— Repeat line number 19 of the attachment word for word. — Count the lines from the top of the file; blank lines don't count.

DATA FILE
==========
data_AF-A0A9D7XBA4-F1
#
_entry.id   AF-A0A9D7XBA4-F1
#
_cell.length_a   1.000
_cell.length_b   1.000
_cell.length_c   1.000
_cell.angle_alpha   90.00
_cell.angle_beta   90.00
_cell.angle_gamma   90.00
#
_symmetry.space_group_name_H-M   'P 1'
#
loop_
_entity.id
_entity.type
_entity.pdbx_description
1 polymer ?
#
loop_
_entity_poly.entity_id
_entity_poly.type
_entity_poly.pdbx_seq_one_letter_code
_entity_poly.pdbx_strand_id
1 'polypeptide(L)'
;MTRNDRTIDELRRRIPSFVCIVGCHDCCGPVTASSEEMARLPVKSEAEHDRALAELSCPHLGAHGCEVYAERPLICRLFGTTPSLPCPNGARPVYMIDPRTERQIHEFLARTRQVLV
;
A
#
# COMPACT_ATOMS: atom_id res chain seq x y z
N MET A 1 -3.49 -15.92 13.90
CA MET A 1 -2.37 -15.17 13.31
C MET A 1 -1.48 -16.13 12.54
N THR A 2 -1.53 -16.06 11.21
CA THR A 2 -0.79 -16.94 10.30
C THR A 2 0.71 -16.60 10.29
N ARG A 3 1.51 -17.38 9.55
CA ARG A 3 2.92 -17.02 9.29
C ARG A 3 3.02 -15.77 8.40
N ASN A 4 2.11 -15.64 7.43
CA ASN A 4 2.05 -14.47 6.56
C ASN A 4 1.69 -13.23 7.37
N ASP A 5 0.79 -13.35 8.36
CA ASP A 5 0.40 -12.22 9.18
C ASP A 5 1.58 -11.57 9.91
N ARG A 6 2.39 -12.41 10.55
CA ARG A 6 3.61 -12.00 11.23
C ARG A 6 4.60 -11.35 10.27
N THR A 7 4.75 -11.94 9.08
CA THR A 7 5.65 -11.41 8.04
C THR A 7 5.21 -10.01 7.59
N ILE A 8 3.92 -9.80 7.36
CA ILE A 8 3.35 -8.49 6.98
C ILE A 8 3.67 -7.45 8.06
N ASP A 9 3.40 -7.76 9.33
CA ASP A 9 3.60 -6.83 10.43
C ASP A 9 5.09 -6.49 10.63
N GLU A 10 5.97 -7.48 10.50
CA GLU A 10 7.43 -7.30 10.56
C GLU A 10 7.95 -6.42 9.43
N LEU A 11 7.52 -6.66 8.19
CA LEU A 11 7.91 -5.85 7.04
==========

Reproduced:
#